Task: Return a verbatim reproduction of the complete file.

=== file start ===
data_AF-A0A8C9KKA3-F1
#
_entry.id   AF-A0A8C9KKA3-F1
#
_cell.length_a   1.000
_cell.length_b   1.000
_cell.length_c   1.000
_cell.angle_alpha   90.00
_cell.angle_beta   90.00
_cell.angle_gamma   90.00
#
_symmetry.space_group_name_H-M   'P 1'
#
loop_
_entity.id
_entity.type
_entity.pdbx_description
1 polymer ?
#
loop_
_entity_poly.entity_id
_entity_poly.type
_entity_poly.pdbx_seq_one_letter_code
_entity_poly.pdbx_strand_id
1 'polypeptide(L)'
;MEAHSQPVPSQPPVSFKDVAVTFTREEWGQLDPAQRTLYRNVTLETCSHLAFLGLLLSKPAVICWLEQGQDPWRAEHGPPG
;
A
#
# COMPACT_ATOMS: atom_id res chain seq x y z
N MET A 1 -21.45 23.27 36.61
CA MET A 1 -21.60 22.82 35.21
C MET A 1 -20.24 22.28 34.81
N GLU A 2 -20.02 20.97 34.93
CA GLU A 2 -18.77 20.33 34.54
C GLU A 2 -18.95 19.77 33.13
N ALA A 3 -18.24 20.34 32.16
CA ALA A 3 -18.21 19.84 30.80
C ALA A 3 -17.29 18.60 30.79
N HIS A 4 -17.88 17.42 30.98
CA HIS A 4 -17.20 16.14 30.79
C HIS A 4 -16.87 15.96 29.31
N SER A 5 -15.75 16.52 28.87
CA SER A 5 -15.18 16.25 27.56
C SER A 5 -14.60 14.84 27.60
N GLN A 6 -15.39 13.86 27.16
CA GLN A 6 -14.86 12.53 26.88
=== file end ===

data_AF-A0A8C9KKA3-F1
#
_entry.id   AF-A0A8C9KKA3-F1
#
_cell.length_a   1.000
_cell.length_b   1.000
_cell.length_c   1.000
_cell.angle_alpha   90.00
_cell.angle_beta   90.00
_cell.angle_gamma   90.00
#
_symmetry.space_group_name_H-M   'P 1'
#
loop_
_entity.id
_entity.type
_entity.pdbx_description
1 polymer ?
#
loop_
_entity_poly.entity_id
_entity_poly.type
_entity_poly.pdbx_seq_one_letter_code
_entity_poly.pdbx_strand_id
1 'polypeptide(L)'
;MEAHSQPVPSQPPVSFKDVAVTFTREEWGQLDPAQRTLYRNVTLETCSHLAFLGLLLSKPAVICWLEQGQDPWRAEHGPPG
;
A
#
# COMPACT_ATOMS: atom_id res chain seq x y z
N MET A 1 -21.45 23.27 36.61
CA MET A 1 -21.60 22.82 35.21
C MET A 1 -20.24 22.28 34.81
N GLU A 2 -20.02 20.97 34.93
CA GLU A 2 -18.77 20.33 34.54
C GLU A 2 -18.95 19.77 33.13
N ALA A 3 -18.24 20.34 32.16
CA ALA A 3 -18.21 19.84 30.80
C ALA A 3 -17.29 18.60 30.79
N HIS A 4 -17.88 17.42 30.98
CA HIS A 4 -17.20 16.14 30.79
C HIS A 4 -16.87 15.96 29.31
N SER A 5 -15.75 16.52 28.87
CA SER A 5 -15.18 16.25 27.56
C SER A 5 -14.60 14.84 27.60
N GLN A 6 -15.39 13.86 27.16
CA GLN A 6 -14.86 12.53 26.88